Sweat droplets run down Christian Nade’s cheek as he sits down. Not so long ago, they would have strolled.
This is a footballer who didn’t do running, or fitness, or discipline for anyone. All that has changed.
Hearts fans may gasp at Nade’s slimline physique when he returns to Tynecastle this weekend. He is fighting to prove his fitness to the Raith Rovers manager, Grant Murray, after four weeks out with a niggling ankle injury. That means more running than a track athlete and the Frenchman is sweating buckets to ensure he can face his former club.
He has just finished his first run at Raith’s training base in Glenrothes when we sit down to discuss his first visit to Tynecastle in more than four years. It is clear in conversation that the frustrations of his time at Hearts are not forgotten.
The Frenchman was taunted mercilessly for being overweight and not motivated enough during three years in Gorgie. Granted, he has always had a six-pack of some sort, except now it’s the muscular kind and not the drinkable one.
He laughs off “fat Eddie Murphy” chants from fans and the famous “fat student” comment by former manager Csaba Laszlo. A new attitude, new training regime and new lifestyle have worked wonders for Nade during the last 18 months.
Gone are the jowls round his face and the large midriff. He professes to be a Hearts fan and is understandably keen to show his old club his new image. “I wish I was 100 per cent fit for coming back to Tynecastle,” he says. “I can’t wait to be in that stadium again. To be honest, I don’t even know if I’m really fit. I’m maybe 60 or 70 per cent but I really want to play in this game.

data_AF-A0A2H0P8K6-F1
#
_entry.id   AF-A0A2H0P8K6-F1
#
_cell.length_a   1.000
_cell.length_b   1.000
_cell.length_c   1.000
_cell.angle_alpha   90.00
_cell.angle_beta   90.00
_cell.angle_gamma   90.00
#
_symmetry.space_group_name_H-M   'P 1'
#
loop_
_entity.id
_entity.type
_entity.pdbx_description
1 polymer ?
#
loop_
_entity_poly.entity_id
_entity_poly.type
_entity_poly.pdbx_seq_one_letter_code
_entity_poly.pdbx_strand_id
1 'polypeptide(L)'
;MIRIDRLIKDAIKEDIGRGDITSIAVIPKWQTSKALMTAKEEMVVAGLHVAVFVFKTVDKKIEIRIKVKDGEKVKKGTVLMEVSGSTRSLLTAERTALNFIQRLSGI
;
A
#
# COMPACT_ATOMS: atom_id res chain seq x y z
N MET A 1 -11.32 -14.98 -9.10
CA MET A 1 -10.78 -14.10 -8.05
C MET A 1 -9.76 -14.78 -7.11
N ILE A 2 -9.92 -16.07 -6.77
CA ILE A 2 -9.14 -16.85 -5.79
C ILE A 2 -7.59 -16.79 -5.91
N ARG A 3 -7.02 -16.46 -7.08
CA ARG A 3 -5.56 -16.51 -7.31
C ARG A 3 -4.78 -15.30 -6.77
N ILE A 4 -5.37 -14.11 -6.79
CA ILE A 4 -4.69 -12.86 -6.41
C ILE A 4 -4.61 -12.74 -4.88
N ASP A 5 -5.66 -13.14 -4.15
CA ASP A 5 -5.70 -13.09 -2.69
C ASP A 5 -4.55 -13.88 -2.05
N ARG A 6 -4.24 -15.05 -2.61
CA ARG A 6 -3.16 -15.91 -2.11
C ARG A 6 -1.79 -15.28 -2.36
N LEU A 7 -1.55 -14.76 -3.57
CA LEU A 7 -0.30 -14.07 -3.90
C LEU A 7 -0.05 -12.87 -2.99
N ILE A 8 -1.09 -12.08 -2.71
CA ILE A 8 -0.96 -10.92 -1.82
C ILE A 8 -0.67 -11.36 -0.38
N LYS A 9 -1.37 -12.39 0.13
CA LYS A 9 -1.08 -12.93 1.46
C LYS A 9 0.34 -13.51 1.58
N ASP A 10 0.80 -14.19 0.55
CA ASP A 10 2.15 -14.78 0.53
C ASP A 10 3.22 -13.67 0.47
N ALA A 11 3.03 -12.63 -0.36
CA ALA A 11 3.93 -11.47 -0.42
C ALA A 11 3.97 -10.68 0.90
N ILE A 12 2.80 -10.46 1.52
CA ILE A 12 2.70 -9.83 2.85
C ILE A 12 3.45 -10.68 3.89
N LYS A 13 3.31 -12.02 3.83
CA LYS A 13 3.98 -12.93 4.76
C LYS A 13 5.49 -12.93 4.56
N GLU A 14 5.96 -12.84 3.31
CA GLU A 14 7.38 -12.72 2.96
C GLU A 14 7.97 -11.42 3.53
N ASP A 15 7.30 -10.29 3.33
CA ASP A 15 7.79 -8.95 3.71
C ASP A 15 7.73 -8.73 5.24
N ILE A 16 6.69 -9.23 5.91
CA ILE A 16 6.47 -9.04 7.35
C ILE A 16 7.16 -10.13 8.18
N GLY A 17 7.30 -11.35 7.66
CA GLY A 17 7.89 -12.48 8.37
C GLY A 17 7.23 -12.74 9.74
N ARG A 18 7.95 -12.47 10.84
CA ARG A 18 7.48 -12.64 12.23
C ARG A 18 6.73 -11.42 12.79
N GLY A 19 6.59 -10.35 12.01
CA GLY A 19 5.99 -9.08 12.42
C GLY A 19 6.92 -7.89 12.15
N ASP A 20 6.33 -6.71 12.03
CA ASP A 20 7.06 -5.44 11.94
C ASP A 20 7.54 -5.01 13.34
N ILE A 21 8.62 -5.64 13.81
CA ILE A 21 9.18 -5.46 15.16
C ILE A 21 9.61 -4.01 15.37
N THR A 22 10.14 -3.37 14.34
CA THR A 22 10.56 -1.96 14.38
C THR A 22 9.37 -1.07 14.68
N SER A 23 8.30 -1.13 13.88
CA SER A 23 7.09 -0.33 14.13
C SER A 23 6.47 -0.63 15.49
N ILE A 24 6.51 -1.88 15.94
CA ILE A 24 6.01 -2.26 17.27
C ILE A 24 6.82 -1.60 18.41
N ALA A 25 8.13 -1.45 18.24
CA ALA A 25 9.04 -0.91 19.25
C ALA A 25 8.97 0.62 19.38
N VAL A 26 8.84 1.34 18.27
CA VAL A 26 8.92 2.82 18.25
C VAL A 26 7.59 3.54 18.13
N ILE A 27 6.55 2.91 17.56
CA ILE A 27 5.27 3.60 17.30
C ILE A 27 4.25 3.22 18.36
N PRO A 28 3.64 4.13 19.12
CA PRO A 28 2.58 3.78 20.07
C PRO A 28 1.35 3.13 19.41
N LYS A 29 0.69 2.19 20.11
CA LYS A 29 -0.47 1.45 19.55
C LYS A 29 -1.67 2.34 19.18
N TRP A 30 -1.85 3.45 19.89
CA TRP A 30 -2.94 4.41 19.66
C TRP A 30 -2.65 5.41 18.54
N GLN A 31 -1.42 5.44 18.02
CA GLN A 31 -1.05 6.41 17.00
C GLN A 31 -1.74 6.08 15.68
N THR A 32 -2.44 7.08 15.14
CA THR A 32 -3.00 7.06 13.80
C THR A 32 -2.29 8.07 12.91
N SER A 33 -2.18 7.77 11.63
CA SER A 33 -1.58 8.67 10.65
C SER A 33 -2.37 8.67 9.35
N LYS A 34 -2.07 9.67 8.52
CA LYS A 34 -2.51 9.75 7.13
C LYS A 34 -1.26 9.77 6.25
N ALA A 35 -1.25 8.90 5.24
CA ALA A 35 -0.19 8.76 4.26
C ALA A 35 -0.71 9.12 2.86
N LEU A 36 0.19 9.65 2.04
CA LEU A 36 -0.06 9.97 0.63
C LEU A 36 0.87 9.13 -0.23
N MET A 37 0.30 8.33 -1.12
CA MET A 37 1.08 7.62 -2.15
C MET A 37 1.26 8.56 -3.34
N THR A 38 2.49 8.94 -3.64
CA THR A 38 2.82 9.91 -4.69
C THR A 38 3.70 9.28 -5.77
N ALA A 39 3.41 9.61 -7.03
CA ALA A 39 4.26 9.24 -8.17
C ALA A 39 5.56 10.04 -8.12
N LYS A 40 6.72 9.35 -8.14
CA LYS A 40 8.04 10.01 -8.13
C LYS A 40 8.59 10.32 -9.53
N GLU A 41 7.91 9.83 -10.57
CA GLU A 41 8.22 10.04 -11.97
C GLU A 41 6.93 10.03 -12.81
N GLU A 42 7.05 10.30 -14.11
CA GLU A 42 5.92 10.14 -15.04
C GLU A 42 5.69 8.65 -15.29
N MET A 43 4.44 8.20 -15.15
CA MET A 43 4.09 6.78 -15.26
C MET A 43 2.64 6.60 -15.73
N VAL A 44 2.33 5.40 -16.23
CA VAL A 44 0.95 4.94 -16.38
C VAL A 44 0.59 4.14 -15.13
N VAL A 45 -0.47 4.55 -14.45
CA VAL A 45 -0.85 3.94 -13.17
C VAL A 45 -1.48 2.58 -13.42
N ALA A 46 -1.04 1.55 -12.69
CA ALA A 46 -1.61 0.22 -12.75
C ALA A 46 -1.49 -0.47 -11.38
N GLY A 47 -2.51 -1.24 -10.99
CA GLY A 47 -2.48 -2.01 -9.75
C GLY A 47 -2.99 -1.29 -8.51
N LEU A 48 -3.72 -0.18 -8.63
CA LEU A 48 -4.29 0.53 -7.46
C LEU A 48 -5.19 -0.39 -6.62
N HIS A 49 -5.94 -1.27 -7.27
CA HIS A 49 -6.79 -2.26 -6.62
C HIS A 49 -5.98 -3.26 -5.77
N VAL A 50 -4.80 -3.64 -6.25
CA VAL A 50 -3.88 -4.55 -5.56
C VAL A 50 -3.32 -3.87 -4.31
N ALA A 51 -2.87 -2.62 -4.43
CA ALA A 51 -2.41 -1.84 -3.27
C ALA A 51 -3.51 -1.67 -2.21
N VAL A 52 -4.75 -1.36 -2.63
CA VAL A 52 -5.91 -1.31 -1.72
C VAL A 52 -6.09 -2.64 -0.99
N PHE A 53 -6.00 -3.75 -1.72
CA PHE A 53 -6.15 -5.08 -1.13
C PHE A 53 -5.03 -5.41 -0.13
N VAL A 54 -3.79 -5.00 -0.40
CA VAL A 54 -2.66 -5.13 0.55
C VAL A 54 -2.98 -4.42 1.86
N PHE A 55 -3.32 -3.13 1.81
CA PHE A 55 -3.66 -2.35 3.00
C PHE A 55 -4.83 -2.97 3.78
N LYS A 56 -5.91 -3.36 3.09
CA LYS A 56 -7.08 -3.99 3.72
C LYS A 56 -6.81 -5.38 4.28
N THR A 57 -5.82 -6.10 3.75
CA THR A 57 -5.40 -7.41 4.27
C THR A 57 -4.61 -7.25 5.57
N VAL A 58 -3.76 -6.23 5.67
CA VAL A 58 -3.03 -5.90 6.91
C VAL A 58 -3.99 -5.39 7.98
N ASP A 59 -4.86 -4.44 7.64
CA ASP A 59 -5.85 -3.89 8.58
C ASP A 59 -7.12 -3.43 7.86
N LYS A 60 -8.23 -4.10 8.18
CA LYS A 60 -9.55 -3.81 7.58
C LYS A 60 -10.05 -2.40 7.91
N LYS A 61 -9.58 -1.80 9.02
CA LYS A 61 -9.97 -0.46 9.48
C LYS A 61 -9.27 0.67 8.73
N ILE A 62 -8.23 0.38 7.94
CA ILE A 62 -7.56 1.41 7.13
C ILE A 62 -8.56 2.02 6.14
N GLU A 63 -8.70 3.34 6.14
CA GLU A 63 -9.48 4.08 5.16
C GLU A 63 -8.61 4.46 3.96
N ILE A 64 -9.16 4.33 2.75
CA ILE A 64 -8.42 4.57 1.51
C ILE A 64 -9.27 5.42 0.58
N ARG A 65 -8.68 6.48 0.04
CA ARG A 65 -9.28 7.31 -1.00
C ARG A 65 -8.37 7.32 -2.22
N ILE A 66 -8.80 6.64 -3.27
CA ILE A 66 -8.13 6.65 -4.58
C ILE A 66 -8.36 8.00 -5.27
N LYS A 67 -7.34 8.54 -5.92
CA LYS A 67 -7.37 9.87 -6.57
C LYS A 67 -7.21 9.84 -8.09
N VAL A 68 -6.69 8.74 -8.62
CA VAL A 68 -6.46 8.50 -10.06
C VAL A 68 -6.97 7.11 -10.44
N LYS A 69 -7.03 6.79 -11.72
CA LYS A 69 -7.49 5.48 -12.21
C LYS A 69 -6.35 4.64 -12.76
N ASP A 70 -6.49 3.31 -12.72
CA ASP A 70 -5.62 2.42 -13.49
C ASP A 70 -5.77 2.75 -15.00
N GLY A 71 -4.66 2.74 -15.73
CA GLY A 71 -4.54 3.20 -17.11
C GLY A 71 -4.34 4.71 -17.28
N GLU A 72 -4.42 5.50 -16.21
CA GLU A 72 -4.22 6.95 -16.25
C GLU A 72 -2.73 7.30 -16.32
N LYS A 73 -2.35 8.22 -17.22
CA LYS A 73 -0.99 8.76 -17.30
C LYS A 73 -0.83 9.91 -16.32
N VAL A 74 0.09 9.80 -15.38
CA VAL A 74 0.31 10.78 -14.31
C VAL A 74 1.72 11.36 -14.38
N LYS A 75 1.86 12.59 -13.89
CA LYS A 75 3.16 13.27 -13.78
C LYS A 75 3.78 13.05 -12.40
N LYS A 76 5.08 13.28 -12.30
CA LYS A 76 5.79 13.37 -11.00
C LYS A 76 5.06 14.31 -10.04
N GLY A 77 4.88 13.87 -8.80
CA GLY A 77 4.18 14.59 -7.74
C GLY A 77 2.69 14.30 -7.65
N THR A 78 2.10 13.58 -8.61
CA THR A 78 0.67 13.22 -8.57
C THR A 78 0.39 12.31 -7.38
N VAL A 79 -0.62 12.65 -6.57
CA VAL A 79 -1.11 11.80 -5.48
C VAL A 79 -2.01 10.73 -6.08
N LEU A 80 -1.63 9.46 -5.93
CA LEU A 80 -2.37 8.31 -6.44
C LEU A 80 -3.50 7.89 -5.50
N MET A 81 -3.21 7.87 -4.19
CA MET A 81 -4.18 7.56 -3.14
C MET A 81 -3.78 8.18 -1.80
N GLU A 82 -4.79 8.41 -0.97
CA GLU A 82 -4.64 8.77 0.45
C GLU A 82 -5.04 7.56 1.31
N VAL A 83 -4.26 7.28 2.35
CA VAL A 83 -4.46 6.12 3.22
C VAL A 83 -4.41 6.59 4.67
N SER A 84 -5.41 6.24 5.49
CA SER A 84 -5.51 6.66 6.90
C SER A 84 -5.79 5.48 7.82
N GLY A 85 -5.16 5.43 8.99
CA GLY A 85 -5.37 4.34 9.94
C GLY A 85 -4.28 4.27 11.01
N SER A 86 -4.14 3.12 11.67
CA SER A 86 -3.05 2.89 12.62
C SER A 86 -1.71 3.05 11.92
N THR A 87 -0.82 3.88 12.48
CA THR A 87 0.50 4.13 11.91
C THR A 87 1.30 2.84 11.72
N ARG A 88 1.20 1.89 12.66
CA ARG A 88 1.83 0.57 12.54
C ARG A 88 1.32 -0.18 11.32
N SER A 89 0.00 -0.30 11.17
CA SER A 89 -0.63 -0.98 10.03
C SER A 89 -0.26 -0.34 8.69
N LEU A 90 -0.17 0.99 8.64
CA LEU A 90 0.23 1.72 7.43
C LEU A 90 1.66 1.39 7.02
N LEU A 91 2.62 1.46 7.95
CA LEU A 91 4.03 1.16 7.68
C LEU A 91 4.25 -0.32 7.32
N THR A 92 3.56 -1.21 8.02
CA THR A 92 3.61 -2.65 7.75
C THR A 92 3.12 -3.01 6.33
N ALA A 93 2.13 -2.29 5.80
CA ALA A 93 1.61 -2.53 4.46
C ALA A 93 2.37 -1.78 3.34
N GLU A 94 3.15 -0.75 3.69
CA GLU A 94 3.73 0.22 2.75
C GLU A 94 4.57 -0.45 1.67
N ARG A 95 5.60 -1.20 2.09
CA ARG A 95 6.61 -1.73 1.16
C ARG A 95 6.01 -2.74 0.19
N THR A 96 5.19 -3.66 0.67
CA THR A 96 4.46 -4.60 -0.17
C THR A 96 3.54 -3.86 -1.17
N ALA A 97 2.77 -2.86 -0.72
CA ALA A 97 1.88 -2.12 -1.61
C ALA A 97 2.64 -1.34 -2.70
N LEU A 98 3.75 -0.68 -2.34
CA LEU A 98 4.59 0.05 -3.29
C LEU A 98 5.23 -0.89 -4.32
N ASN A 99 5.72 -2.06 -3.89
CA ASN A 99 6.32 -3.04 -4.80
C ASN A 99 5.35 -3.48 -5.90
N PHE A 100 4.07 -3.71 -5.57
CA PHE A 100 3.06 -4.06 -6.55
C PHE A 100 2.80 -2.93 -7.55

“I don’t need to tell the manager. He knows I want to play. The physio is pushing me hard and he’s done a good job, so hopefully I’ll be in the squad this weekend.
“I’m a big Hearts fan. It’s a big thing for me to come back to Tynecastle and play in a different shirt. I can’t wait to see the fans. I meet Hearts fans in Edinburgh and most of the time it’s good.
“Even Hibs fans speak to me and they are good and bad. They talk about my celebration at Easter Road and they give me a hard time about it.”
Nade always did like a goal against Hibs. Four weeks ago, with a chorus of “fat Eddie Murphy” ringing in his ears, he scored Raith’s equaliser in a 1-1 draw at Easter Road and whipped off his shirt to celebrate.
“I knew I would score in that game. I knew it would happen, I just had to be patient,” he smiles. “When I scored I took off my shirt. I wanted to show them more than that but I had to be reasonable. I hoped the camera couldn’t see me because it was behind me, so I did some signs that nobody could see except the Hibs fans.
“I felt like I had to do it. If it gets me a nice welcome from the Hearts fans on Saturday, I won’t complain.”
There is no doubt Nade enjoys proving people wrong. He seems to get a buzz just from talking about it. “I changed everything about myself – the way I’m eating, the way I’m training and the way I’m seeing things. I’ve got a partner who supports me now, I’ve got good friends around me and I’ve got family. I have a good coach and a good staff at Raith.
“Everybody is pushing me harder to make me a better person and a better player. I don’t want to disappoint them. The Raith Rovers fans are pushing me too.”